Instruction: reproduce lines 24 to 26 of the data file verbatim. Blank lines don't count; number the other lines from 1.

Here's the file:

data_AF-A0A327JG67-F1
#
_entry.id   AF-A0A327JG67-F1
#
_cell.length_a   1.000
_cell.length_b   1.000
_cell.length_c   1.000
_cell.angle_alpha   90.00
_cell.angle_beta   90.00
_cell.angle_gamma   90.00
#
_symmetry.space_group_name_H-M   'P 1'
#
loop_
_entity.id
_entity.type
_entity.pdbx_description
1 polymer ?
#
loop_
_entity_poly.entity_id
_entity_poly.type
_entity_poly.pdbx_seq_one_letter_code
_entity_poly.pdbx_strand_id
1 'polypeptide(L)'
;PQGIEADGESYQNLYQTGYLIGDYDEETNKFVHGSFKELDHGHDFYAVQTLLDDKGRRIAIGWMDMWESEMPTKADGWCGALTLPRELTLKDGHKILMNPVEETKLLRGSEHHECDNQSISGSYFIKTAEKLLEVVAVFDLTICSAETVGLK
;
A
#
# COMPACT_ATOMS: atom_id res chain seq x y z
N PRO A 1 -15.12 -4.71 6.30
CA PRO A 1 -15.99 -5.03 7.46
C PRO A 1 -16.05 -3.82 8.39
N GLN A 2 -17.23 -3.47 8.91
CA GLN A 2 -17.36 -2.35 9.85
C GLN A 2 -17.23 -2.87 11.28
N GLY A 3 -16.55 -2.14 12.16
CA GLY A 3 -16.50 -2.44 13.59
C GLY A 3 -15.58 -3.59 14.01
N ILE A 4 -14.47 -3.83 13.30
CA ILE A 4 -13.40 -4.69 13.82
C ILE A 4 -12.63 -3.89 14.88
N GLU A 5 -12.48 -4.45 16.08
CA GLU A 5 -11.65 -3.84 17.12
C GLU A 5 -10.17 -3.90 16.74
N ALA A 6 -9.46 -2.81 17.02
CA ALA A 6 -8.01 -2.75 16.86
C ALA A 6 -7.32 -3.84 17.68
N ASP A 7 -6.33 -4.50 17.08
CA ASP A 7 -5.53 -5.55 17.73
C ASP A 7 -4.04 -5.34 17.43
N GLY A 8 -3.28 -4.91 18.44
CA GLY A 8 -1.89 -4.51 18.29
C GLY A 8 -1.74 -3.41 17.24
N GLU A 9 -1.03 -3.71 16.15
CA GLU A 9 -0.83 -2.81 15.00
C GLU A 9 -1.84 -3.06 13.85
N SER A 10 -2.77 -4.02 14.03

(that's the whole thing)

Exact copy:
_entity_poly.pdbx_strand_id
1 'polypeptide(L)'
;PQGIEADGESYQNLYQTGYLIGDYDEETNKFVHGSFKELDHGHDFYAVQTLLDDKGRRIAIGWMDMWESEMPTKADGWCGALTLPRELTLKDGHKILMNPVEETKLLRGSEHHECDNQSISGSYFIKTAEKLLEVVAVFDLTICSAETVGLK